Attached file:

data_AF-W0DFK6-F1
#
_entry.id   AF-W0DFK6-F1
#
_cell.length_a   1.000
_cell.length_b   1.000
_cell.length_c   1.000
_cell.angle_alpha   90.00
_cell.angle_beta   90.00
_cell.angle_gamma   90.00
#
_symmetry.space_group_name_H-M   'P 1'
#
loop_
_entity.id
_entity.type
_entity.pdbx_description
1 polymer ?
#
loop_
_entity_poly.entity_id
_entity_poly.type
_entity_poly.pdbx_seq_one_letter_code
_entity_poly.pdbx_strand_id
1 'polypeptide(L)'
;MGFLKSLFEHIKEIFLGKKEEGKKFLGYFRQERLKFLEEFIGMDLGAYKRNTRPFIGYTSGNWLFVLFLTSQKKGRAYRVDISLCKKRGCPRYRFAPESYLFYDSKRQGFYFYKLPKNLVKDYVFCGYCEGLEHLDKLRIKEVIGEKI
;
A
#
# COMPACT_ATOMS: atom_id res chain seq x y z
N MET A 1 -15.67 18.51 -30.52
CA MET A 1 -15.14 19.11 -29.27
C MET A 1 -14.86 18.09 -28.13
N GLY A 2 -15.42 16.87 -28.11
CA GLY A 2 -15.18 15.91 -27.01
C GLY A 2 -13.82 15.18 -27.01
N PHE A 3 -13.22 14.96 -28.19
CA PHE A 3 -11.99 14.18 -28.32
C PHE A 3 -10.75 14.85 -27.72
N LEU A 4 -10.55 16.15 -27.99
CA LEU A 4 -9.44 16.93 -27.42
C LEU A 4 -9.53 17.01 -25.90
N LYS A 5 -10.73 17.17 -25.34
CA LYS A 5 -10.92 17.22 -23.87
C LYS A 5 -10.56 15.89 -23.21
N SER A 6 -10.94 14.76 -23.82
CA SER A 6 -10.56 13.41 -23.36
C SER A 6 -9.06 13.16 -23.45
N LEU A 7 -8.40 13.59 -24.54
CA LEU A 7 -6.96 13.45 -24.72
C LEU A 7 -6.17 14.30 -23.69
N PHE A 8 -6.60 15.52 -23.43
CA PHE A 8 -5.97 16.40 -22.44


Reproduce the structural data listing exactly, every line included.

data_AF-W0DFK6-F1
#
_entry.id   AF-W0DFK6-F1
#
_cell.length_a   1.000
_cell.length_b   1.000
_cell.length_c   1.000
_cell.angle_alpha   90.00
_cell.angle_beta   90.00
_cell.angle_gamma   90.00
#
_symmetry.space_group_name_H-M   'P 1'
#
loop_
_entity.id
_entity.type
_entity.pdbx_description
1 polymer ?
#
loop_
_entity_poly.entity_id
_entity_poly.type
_entity_poly.pdbx_seq_one_letter_code
_entity_poly.pdbx_strand_id
1 'polypeptide(L)'
;MGFLKSLFEHIKEIFLGKKEEGKKFLGYFRQERLKFLEEFIGMDLGAYKRNTRPFIGYTSGNWLFVLFLTSQKKGRAYRVDISLCKKRGCPRYRFAPESYLFYDSKRQGFYFYKLPKNLVKDYVFCGYCEGLEHLDKLRIKEVIGEKI
;
A
#
# COMPACT_ATOMS: atom_id res chain seq x y z
N MET A 1 -15.67 18.51 -30.52
CA MET A 1 -15.14 19.11 -29.27
C MET A 1 -14.86 18.09 -28.13
N GLY A 2 -15.42 16.87 -28.11
CA GLY A 2 -15.18 15.91 -27.01
C GLY A 2 -13.82 15.18 -27.01
N PHE A 3 -13.22 14.96 -28.19
CA PHE A 3 -11.99 14.18 -28.32
C PHE A 3 -10.75 14.85 -27.72
N LEU A 4 -10.55 16.15 -27.99
CA LEU A 4 -9.44 16.93 -27.42
C LEU A 4 -9.53 17.01 -25.90
N LYS A 5 -10.73 17.17 -25.34
CA LYS A 5 -10.92 17.22 -23.87
C LYS A 5 -10.56 15.89 -23.21
N SER A 6 -10.94 14.76 -23.82
CA SER A 6 -10.56 13.41 -23.36
C SER A 6 -9.06 13.16 -23.45
N LEU A 7 -8.40 13.59 -24.54
CA LEU A 7 -6.96 13.45 -24.72
C LEU A 7 -6.17 14.30 -23.69
N PHE A 8 -6.60 15.52 -23.43
CA PHE A 8 -5.97 16.40 -22.44